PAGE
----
Last edited by BACKCOUNTRY; 02-07-2007 at 08:35 PM..
BACKCOUNTRY is offline Quote


Old 02-06-2007, 07:40 AM #3
pipeline
Cannabotanist

pipeline's Avatar

Join Date: Dec 2005
Location: 39 N
Posts: 5,083
pipeline has much to be proud ofpipeline has much to be proud ofpipeline has much to be proud ofpipeline has much to be proud ofpipeline has much to be proud ofpipeline has much to be proud ofpipeline has much to be proud ofpipeline has much to be proud ofpipeline has much to be proud ofpipeline has much to be proud ofpipeline has much to be proud of
Thumbs up

Great stuff, Backcountry! Thanks for posting!
pipeline is offline Quote


Old 02-06-2007, 07:49 AM #4
Deft
Get two birds stoned at once

Deft's Avatar

Join Date: Apr 2006
Location: NOCO
Posts: 2,989
Deft is a jewel in the roughDeft is a jewel in the roughDeft is a jewel in the roughDeft is a jewel in the roughDeft is a jewel in the roughDeft is a jewel in the roughDeft is a jewel in the rough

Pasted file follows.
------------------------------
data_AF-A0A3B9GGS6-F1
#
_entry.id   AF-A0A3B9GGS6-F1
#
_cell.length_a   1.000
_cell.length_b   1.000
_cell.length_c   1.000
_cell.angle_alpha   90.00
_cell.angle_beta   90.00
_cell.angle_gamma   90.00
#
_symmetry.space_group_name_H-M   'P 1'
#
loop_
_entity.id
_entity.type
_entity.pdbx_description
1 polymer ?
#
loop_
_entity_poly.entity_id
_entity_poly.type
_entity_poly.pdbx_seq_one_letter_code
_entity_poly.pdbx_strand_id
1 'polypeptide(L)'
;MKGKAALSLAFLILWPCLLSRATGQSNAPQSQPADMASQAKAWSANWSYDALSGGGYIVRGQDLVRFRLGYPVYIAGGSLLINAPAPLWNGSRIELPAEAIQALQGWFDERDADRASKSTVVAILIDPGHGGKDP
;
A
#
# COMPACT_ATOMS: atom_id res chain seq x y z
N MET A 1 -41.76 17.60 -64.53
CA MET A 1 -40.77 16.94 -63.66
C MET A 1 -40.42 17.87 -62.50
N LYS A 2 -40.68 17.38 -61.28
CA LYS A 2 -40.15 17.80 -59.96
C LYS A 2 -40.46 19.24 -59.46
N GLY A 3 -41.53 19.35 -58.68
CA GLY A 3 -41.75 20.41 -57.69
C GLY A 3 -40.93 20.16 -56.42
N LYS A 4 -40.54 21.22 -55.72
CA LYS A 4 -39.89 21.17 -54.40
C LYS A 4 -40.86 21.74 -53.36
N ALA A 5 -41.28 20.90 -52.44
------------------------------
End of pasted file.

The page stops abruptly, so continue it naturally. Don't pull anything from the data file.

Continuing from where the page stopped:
Somthing I have been meaning to do, should have collected a sample before the ground frize though lol.
__________________
A naturally good person does not need heaven and hell to guide their behavior.
Daft DWC, holy grail DWC 250w
Deft is offline Quote


Old 02-06-2007, 08:11 PM #5
Skunkface
Member

Join Date: Jan 2007
Posts: 43
Skunkface is on a distinguished road
thanks alot for the informative posts man.
Skunkface is offline Quote


Old 02-07-2007, 08:51 AM #6
its kurmit
its not easy being green

its kurmit's Avatar

Join Date: Nov 2006
Location: tropics
Posts: 196
its kurmit will become famous soon enough
they also sell litmus paper at pool stores, no need to go to a warehouse or anything, if pools rnt the norm where u live jsut hit up a grow shop or home depot/lowes